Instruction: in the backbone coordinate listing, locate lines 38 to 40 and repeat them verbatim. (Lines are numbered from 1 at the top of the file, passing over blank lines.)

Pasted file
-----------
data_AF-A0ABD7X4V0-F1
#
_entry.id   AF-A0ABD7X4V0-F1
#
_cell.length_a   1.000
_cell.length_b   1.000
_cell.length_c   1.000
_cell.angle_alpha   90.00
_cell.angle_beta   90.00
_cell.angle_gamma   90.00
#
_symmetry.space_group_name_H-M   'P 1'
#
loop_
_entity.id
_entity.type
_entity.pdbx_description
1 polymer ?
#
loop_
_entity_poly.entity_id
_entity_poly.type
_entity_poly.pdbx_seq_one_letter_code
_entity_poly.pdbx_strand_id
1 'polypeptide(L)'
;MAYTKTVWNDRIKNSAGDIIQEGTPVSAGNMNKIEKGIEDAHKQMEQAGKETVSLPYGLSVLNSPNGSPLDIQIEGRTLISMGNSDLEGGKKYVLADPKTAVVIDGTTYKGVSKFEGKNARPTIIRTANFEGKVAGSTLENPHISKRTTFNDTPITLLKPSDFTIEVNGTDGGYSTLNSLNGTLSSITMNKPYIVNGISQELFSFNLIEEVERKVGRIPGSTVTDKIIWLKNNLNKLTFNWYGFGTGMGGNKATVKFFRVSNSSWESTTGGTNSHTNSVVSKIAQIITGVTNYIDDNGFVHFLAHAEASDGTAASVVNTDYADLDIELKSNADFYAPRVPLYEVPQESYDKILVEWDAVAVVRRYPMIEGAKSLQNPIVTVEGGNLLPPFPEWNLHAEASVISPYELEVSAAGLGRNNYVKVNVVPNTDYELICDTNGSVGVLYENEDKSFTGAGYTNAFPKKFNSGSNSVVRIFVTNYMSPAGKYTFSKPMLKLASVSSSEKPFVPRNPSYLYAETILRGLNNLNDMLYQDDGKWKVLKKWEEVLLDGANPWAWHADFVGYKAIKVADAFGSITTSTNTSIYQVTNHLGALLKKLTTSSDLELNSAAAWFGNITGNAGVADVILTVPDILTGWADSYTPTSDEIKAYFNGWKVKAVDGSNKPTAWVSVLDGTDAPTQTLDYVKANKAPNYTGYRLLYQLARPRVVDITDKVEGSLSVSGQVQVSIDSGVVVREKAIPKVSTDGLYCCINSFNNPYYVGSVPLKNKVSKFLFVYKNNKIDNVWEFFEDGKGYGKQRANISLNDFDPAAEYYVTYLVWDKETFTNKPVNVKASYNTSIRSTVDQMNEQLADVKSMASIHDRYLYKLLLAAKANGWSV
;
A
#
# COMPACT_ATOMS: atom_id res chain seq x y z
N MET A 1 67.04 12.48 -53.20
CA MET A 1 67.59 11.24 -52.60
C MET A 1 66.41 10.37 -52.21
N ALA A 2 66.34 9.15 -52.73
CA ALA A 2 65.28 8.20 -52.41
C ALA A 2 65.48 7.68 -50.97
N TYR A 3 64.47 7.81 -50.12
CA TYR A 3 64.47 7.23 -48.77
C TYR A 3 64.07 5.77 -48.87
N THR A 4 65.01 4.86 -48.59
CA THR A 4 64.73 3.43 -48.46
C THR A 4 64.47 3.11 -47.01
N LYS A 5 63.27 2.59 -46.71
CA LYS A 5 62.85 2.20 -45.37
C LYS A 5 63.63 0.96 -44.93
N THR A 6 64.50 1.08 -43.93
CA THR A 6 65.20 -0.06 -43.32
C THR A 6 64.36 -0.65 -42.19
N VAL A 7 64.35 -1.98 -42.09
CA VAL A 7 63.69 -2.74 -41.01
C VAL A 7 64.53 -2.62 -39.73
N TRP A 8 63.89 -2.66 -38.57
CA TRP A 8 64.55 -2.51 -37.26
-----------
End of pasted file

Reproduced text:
CA TYR A 3 64.47 7.23 -48.77
C TYR A 3 64.07 5.77 -48.87
N THR A 4 65.01 4.86 -48.59